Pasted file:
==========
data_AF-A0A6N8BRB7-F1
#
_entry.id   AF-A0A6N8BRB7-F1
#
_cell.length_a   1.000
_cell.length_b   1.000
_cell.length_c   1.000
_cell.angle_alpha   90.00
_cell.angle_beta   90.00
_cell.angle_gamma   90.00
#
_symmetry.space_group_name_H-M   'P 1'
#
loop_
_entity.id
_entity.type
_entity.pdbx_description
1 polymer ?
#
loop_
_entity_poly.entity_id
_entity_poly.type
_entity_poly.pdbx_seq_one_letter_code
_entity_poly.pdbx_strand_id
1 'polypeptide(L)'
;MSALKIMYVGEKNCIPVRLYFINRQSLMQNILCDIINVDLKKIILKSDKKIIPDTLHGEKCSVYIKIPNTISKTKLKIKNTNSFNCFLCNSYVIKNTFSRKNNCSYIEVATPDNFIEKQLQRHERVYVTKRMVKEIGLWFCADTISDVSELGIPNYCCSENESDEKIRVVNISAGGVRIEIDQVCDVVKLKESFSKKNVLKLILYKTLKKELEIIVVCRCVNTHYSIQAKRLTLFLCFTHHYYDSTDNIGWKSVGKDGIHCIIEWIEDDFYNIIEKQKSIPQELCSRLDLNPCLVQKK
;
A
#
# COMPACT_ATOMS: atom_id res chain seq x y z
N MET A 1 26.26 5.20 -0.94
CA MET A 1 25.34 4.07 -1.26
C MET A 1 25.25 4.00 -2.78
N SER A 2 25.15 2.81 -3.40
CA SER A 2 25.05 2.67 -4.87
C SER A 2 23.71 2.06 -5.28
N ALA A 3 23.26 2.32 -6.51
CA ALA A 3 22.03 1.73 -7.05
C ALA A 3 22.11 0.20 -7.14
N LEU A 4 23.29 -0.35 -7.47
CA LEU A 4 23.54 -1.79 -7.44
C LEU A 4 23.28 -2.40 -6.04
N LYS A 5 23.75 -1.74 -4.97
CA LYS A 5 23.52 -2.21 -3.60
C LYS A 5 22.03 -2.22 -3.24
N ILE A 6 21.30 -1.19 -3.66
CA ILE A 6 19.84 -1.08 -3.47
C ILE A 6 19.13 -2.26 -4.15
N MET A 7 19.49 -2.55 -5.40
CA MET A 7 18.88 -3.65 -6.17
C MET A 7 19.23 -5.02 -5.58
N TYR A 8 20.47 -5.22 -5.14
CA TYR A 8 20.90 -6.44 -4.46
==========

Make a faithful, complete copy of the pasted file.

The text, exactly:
data_AF-A0A6N8BRB7-F1
#
_entry.id   AF-A0A6N8BRB7-F1
#
_cell.length_a   1.000
_cell.length_b   1.000
_cell.length_c   1.000
_cell.angle_alpha   90.00
_cell.angle_beta   90.00
_cell.angle_gamma   90.00
#
_symmetry.space_group_name_H-M   'P 1'
#
loop_
_entity.id
_entity.type
_entity.pdbx_description
1 polymer ?
#
loop_
_entity_poly.entity_id
_entity_poly.type
_entity_poly.pdbx_seq_one_letter_code
_entity_poly.pdbx_strand_id
1 'polypeptide(L)'
;MSALKIMYVGEKNCIPVRLYFINRQSLMQNILCDIINVDLKKIILKSDKKIIPDTLHGEKCSVYIKIPNTISKTKLKIKNTNSFNCFLCNSYVIKNTFSRKNNCSYIEVATPDNFIEKQLQRHERVYVTKRMVKEIGLWFCADTISDVSELGIPNYCCSENESDEKIRVVNISAGGVRIEIDQVCDVVKLKESFSKKNVLKLILYKTLKKELEIIVVCRCVNTHYSIQAKRLTLFLCFTHHYYDSTDNIGWKSVGKDGIHCIIEWIEDDFYNIIEKQKSIPQELCSRLDLNPCLVQKK
;
A
#
# COMPACT_ATOMS: atom_id res chain seq x y z
N MET A 1 26.26 5.20 -0.94
CA MET A 1 25.34 4.07 -1.26
C MET A 1 25.25 4.00 -2.78
N SER A 2 25.15 2.81 -3.40
CA SER A 2 25.05 2.67 -4.87
C SER A 2 23.71 2.06 -5.28
N ALA A 3 23.26 2.32 -6.51
CA ALA A 3 22.03 1.73 -7.05
C ALA A 3 22.11 0.20 -7.14
N LEU A 4 23.29 -0.35 -7.47
CA LEU A 4 23.54 -1.79 -7.44
C LEU A 4 23.28 -2.40 -6.04
N LYS A 5 23.75 -1.74 -4.97
CA LYS A 5 23.52 -2.21 -3.60
C LYS A 5 22.03 -2.22 -3.24
N ILE A 6 21.30 -1.19 -3.66
CA ILE A 6 19.84 -1.08 -3.47
C ILE A 6 19.13 -2.26 -4.15
N MET A 7 19.49 -2.55 -5.40
CA MET A 7 18.88 -3.65 -6.17
C MET A 7 19.23 -5.02 -5.58
N TYR A 8 20.47 -5.22 -5.14
CA TYR A 8 20.90 -6.44 -4.46